Sunday, 12 August 2012

The Closing Ceremony




So we've reached the end of the Olympic Games, and I'm sitting in Spitalfields Market to watch the closing ceremony. We've all been affected by having the Games in dear old London. For one thing, 70,000 of us have been volunteers, people of all ages and backgrounds who gave freely, cheerfully and with great common sense (that least common of gifts).



 I've been enchanted by the 'ribbon of gold' wild flower park, which snakes through the Lee Valley, where I was born. We hope it will leave a lasting legacy. Time will tell whether the Olympic Stadium will do for the East End what Docklands did for the Port of London, i.e. push out the local people and replace them with Merchant Bankers. Please the Good Lord that in ten years' time the East End of London hasn't reverted to some sort of graveyard for the Olympic legacy that never was.


The secret behind the Games was the preparation - I couldn't help noticing. It applied to the organisers, the volunteers, the children who didn't even tell their parents their great secret - that they, not a famous sports celebrity, were going to light the cauldron in the stadium, and most of all the athletes.


So anyway now I'm looking at a synopsis for my W.I.P. Time was when I used to bash out the synopsis after I'd finished a story. Now I'm going to have a go at preparing it before I've started.


A good synopsis should mimic the novel's tone, according to Sarah Domet (90 Days To Your Novel). For example if the novel is fast-paced and exciting, the synopsis should be the same. If the novel is full of mystery, yes, the synopsis should be too.  I've gathered that you must not leave out major plot points, and especially, the resolution.  Pay attention to detail, hone, edit and re-edit. Don't stop, not until that finished story's in your hand and it's really, really time to go home. And right now, it's really, really time to go home. I close the notebook and head for the station.



Sunday, 24 June 2012

The Bitter End


So, day 3 of my impromptu writing workshop.  Still Diamond Jubilee weekend, so I gravitate to Buckingham Palace, and follow a detachment of gorgeous police horses. Once more, there are punters who camped out all night, desperate to reserve a place for the concert this evening.



For me, I'm stalking the final third of my Thomas Tarling novel, and I lap up the atmosphere, which is a bit akin to that of the fairground. The rain has been torrential in the night, the St John Ambulance work through the crowd dispensing first aid and hot drinks. Me, I'm surviving on porridge - I've discovered what the Scots have known for centuries;
  • it's nourishing
  • it's cheap 
  • it's great for those on a diet.
My first task is to list the final scenes by bullet point, and then to mirror the first day's work by jotting twenty 'last lines'.
I can't believe I never thought of this 'twenty first lines, twenty last lines' idea before. In fact, I didn't think it up, I got it from Sarah Domet's book The 90 Day Novel. It's a seriously searching exercise. I'm finding this business of ending the novel so hard. But I suppose everyone does.

Every writer I know has trouble writing - Joseph Heller

You can find Buckingham Palace here

Souvenir sellers flock to Buckingham Palace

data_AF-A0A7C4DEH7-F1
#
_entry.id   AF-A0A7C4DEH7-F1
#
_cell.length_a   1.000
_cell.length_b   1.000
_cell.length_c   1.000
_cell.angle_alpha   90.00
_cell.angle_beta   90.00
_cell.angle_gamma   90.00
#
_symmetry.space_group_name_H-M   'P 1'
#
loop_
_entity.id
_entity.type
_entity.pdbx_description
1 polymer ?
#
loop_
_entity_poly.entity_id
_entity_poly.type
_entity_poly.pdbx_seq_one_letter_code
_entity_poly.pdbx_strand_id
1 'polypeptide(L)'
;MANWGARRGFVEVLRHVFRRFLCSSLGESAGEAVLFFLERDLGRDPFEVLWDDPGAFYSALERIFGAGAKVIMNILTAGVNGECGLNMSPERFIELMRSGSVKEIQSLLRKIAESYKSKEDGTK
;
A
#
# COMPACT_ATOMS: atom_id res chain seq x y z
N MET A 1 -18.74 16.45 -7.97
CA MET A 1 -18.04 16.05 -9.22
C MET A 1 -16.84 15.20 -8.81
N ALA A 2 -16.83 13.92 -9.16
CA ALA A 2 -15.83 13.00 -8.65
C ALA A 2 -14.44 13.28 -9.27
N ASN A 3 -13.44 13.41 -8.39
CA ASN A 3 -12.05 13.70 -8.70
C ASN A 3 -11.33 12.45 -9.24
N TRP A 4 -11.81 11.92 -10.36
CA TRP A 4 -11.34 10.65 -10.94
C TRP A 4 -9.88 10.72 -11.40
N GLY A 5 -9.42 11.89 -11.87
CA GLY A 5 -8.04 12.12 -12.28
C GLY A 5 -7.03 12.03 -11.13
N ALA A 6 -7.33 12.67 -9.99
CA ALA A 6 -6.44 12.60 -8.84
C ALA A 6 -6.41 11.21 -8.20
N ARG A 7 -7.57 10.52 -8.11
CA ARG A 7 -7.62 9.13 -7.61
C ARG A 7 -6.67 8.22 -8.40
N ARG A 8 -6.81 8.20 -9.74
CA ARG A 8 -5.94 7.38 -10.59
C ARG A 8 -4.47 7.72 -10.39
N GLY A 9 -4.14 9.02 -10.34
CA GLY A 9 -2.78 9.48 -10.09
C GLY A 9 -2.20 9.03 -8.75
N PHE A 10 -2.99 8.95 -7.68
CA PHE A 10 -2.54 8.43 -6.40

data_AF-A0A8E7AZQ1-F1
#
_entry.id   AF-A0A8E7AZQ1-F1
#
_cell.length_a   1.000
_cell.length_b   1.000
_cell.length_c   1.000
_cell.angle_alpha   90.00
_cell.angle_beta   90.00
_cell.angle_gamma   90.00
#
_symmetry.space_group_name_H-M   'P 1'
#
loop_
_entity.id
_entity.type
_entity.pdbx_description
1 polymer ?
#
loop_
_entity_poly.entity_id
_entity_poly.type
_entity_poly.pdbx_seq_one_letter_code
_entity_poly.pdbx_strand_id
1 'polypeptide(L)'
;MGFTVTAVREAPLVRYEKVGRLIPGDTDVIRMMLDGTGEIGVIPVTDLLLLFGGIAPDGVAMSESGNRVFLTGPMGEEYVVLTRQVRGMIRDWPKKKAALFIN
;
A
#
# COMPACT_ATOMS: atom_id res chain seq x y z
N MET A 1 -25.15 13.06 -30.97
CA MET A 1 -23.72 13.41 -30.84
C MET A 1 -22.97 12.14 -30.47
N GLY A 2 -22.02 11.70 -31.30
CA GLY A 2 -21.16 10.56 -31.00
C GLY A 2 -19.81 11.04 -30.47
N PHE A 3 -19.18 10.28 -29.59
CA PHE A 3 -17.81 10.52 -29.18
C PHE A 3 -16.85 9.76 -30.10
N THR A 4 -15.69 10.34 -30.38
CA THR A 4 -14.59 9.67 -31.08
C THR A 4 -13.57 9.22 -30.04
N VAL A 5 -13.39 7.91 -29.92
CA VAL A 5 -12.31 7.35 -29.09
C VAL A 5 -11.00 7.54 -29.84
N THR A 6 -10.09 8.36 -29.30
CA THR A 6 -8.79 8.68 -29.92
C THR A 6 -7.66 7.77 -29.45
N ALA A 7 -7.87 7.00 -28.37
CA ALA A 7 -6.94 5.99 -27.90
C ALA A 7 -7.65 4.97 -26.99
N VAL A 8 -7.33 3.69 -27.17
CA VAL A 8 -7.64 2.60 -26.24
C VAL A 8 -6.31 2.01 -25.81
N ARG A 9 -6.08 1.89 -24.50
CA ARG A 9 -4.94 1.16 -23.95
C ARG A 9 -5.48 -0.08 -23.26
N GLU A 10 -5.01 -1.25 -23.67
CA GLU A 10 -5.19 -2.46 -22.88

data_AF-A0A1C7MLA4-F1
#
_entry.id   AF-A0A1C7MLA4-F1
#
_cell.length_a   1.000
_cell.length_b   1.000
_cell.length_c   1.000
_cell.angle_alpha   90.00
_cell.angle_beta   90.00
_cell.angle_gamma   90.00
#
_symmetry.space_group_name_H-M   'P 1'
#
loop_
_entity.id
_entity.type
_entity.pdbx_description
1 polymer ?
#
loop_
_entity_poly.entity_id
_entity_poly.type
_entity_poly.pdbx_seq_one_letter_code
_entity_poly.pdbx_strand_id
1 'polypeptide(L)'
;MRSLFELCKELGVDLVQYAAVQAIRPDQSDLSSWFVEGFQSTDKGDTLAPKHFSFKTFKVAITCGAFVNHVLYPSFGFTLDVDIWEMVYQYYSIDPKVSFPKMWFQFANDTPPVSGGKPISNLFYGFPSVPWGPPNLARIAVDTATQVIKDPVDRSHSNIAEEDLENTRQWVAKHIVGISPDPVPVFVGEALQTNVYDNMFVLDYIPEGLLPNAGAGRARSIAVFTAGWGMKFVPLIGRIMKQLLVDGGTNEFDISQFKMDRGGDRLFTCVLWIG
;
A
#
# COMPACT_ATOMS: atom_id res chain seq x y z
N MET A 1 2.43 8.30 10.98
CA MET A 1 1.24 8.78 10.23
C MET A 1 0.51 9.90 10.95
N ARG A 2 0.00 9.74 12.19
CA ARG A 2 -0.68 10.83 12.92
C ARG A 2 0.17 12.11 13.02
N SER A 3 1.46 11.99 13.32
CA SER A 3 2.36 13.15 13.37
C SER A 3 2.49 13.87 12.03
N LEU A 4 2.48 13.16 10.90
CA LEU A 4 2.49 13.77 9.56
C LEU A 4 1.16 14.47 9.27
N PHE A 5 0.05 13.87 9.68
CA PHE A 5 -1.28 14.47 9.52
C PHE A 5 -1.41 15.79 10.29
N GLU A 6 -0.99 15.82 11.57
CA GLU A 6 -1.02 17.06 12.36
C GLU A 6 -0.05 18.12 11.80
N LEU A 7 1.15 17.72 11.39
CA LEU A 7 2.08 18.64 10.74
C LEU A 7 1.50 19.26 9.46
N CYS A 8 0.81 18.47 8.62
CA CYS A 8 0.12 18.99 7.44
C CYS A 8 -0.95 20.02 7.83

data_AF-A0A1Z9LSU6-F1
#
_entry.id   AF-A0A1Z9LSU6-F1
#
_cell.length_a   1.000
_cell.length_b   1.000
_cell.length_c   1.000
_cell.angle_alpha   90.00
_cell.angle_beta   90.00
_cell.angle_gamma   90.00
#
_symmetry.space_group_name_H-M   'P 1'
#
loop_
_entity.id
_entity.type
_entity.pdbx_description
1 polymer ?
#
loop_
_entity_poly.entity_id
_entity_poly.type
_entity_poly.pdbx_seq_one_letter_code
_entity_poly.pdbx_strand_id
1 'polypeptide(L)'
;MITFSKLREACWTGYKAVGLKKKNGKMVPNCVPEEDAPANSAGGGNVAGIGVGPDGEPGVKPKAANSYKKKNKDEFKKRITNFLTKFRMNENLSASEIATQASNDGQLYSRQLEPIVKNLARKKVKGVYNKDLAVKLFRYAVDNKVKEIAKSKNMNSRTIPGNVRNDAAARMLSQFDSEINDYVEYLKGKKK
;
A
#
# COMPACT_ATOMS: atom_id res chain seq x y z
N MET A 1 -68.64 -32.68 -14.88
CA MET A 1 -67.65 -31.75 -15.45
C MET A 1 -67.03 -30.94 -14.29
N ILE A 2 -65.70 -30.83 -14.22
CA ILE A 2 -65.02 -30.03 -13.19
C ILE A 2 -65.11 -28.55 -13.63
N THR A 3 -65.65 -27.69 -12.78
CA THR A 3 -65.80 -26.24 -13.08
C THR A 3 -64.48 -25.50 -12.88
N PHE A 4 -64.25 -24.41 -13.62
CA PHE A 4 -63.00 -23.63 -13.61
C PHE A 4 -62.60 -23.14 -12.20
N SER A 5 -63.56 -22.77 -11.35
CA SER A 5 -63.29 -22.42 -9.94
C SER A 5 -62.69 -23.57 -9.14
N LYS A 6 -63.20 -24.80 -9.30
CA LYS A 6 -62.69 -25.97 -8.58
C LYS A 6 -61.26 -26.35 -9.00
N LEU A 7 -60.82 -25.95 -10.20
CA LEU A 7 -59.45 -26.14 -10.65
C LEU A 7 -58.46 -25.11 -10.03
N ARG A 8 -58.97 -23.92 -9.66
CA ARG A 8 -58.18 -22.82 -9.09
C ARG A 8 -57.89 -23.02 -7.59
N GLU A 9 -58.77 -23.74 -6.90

Sunday, 3 June 2012

Jubilee Dawn


Today I got down to the Tower of London at dawn, to work on deepening the 'middle' episodes, the heart and backbone of my novel. Already at that hour preparations were in hand for the Queen's Diamond Jubilee, with police officers on duty at the Tower of London and the first sight-seers surveying the scene.


It takes dedication to 'get down to it' that early, but of course, it's what the experienced royal-watchers do, on every occasion - be there, with your mac, your flask of tea and your flags. So my goal today was to work on the dramatic - the backstabbing, the weeping, the scintillating dialogue - well, that's how every writer hopes their work will turn out!


As the first of the crowds settled themselves, and bear in mind this was 6.30 hrs, for a Pageant due to being at 14.00 hrs, I sat on a wall with my coffee and asked myself a series of questions: 1) Have I added complications for poor Thomas? 2) Is he changing? Is he affected by the events that have landed in his lap? 3) Did I deepen the drama? 4) What will the climax of the whole novel be, when I get there?

After a couple of hours, I looked up, and noticed that the crowds were swelling and swelling, an estimated 1 million at least and in the pouring rain too. Only in Britain - and that's the spirit Thomas Tarling must show, too.

I packed my flask and notebook away, ready for a proper breakfast.

You can find The Tower of London here:

The Tower of London







Friday, 6 April 2012

Passion on Good Friday

Been working every hour of the day on setting this week. I'm fascinated by the way mood in a story can be implied by the setting - that includes the season, the weather, the wildlife, the antics of the general public. As a Londoner born and bred, I love to be out and about in my beautiful, diverse city. It's like a character itself, with its many moods and changes. Today, on Good Friday, Trafalgar Square was sombre

Passion of the Christ, Trafalgar Square

and grey, as thousands gathered around Nelson's Column to watch a bloody but beautifully acted Passion of the Christ. It was a great moment to make notes for the lowest scenes in my current novel - the haunting, the despair, the bits where Thomas can see no way out.

It seems barely a couple of weeks, in fact it is barely a couple of weeks, since the same square was bright and full of laughter for Chinese New Year. On that occasion, too, I took my notebook and tried  to etch the details on my

Chines New Year Celebrations, Trafalgar Square

mind for use in some fictional scene or other. I think setting can be a brilliant way of implying everything without overstating it - remember Charles Dickens' character Miss Haversham and that house, all neglected and wild, just like the poor lady's mind?